denmark’s ban on hijabs attracts backlash from
Last updated on September 20th, 2023 at 11:30 am
Denmark – Danish Commission for the Forgotten Women’s Struggle, a group affiliated with the country’s ruling Social Democratic Party, declared on Monday that it would essentially outlaw hijabs for women in all Danish elementary schools in order to advance equality and combat religious prejudice. The Social Democratic Party endorsed the plan on August 24. It reflects the policy of other European nations.
Human rights activists criticised Denmark’s decision to outlaw Islamic veils such as the niqab and burqa, calling it “neither essential nor proportionate” The Danish government said the ban is intended to prevent “honour-related social control” of females from minority communities.
If you decide to wear a head scarf as an adult, doing so of your own free will, we won’t get involved, said Christina Krzyrosiak Hansen, head of the commission and Social Democratic mayor for the municipality of Holbaek, to news wire Ritzau. “When you are a little girl and go to elementary school, you should be allowed to be a child.
“We believe that is OK as is. But we need to be honest about what is going on. Nobody can think that an eight-year-old girl brings it on herself, she insisted. In addition to public elementary schools, the ban is supposed to be extended to all free and private institutions. Ritzau claimed that the action would neither violate Denmark’s constitution or the right to freedom of religion.”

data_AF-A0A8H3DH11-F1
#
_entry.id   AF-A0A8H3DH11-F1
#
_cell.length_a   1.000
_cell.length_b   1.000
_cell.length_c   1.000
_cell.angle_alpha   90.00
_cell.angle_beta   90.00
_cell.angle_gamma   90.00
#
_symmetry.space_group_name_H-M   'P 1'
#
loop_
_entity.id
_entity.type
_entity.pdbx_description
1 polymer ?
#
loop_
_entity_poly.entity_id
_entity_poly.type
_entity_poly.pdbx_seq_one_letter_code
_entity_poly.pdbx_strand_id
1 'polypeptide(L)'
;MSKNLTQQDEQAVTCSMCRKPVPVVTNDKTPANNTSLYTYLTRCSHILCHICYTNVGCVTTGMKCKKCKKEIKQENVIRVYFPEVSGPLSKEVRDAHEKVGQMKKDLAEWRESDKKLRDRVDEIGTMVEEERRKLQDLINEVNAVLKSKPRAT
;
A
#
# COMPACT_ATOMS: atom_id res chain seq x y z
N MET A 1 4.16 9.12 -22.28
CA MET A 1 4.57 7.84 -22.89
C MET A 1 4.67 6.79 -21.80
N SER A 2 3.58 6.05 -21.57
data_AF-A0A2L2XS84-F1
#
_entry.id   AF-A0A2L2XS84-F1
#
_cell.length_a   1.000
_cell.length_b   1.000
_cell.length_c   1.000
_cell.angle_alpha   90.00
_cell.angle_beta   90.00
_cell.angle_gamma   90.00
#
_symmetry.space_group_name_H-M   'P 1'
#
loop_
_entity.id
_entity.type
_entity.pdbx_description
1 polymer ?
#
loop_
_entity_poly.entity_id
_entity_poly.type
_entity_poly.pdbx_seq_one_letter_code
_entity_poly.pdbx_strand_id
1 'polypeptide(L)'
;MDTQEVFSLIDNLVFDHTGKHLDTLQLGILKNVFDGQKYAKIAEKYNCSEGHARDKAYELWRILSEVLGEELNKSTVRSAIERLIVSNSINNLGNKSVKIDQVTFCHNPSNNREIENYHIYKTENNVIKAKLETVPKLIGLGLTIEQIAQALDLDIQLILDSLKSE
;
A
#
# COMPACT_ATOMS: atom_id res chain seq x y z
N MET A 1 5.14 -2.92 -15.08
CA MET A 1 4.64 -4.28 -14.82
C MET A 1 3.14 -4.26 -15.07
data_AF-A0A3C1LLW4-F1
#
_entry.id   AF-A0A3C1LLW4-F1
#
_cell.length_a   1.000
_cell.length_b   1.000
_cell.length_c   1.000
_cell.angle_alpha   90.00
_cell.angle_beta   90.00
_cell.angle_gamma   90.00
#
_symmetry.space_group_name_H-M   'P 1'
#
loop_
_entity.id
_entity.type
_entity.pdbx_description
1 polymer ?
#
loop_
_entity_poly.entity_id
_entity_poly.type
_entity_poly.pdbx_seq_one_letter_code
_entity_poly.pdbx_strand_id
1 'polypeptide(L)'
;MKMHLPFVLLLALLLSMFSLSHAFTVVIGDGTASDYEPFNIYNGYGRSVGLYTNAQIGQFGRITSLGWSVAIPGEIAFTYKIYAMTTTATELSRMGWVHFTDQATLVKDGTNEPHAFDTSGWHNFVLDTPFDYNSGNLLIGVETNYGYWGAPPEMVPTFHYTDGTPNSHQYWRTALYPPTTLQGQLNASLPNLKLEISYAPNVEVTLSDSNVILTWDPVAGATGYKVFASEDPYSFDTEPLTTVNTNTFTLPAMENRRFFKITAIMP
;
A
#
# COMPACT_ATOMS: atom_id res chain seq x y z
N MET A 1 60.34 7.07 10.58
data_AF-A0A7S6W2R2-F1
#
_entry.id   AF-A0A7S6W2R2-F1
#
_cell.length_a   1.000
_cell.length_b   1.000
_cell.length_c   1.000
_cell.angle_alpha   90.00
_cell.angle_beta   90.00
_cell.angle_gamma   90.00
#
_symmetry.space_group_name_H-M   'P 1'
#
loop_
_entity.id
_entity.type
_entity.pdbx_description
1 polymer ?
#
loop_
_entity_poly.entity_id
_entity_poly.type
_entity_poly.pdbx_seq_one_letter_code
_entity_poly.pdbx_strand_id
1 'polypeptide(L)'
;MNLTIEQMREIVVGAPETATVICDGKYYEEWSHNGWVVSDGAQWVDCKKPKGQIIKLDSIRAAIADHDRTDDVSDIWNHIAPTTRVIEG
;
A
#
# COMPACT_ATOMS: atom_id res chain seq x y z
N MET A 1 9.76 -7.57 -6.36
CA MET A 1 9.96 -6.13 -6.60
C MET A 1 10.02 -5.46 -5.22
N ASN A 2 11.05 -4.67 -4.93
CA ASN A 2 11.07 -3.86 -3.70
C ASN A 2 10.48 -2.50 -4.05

2018 saw the controversial ban on face-covering clothing passed by Denmark’s center-right government coalition with 75–30 votes and 74 absentees. At the time, the Danish government had stated that the measure did not target any particular religion.
Ministers emphasised that the measure, dubbed as the “burqa ban,” targeted the veils worn by some Muslim women and would not prohibit headscarves, turbans, or the traditional Jewish skull cap. For security reasons, women will no longer be permitted to cover their faces when there is a “recognisable motive,” according to Soren Pape Poulsen, the justice minister of Denmark. A 1,000 kroner (£118) fine would be imposed on anyone who broke the law.